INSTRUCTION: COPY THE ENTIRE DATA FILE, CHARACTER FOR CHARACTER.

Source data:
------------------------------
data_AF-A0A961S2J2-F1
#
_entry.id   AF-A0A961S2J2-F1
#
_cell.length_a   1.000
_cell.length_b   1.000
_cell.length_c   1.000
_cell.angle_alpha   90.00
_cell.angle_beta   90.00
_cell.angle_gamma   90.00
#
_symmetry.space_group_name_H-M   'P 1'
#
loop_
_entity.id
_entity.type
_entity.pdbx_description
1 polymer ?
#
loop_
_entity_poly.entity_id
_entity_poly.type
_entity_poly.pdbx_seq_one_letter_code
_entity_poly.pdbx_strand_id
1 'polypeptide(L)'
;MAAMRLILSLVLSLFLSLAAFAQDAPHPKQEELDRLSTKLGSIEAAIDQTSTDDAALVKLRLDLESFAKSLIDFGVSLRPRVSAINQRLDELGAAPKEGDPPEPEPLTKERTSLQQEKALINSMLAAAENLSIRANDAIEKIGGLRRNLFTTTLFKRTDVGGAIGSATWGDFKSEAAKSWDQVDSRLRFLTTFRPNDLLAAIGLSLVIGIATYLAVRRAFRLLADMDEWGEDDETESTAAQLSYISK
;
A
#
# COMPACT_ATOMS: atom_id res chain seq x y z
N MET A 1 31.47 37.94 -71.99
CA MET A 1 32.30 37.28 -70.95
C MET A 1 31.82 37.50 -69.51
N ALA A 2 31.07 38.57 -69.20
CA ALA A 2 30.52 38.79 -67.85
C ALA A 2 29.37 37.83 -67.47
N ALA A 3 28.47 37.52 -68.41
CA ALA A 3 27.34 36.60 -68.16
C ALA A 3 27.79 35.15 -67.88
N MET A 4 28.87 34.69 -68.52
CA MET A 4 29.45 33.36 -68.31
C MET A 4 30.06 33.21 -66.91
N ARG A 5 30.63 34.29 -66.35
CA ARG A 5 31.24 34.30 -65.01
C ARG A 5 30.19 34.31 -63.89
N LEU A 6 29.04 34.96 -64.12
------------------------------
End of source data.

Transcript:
data_AF-A0A961S2J2-F1
#
_entry.id   AF-A0A961S2J2-F1
#
_cell.length_a   1.000
_cell.length_b   1.000
_cell.length_c   1.000
_cell.angle_alpha   90.00
_cell.angle_beta   90.00
_cell.angle_gamma   90.00
#
_symmetry.space_group_name_H-M   'P 1'
#
loop_
_entity.id
_entity.type
_entity.pdbx_description
1 polymer ?
#
loop_
_entity_poly.entity_id
_entity_poly.type
_entity_poly.pdbx_seq_one_letter_code
_entity_poly.pdbx_strand_id
1 'polypeptide(L)'
;MAAMRLILSLVLSLFLSLAAFAQDAPHPKQEELDRLSTKLGSIEAAIDQTSTDDAALVKLRLDLESFAKSLIDFGVSLRPRVSAINQRLDELGAAPKEGDPPEPEPLTKERTSLQQEKALINSMLAAAENLSIRANDAIEKIGGLRRNLFTTTLFKRTDVGGAIGSATWGDFKSEAAKSWDQVDSRLRFLTTFRPNDLLAAIGLSLVIGIATYLAVRRAFRLLADMDEWGEDDETESTAAQLSYISK
;
A
#
# COMPACT_ATOMS: atom_id res chain seq x y z
N MET A 1 31.47 37.94 -71.99
CA MET A 1 32.30 37.28 -70.95
C MET A 1 31.82 37.50 -69.51
N ALA A 2 31.07 38.57 -69.20
CA ALA A 2 30.52 38.79 -67.85
C ALA A 2 29.37 37.83 -67.47
N ALA A 3 28.47 37.52 -68.41
CA ALA A 3 27.34 36.60 -68.16
C ALA A 3 27.79 35.15 -67.88
N MET A 4 28.87 34.69 -68.52
CA MET A 4 29.45 33.36 -68.31
C MET A 4 30.06 33.21 -66.91
N ARG A 5 30.63 34.29 -66.35
CA ARG A 5 31.24 34.30 -65.01
C ARG A 5 30.19 34.31 -63.89
N LEU A 6 29.04 34.96 -64.12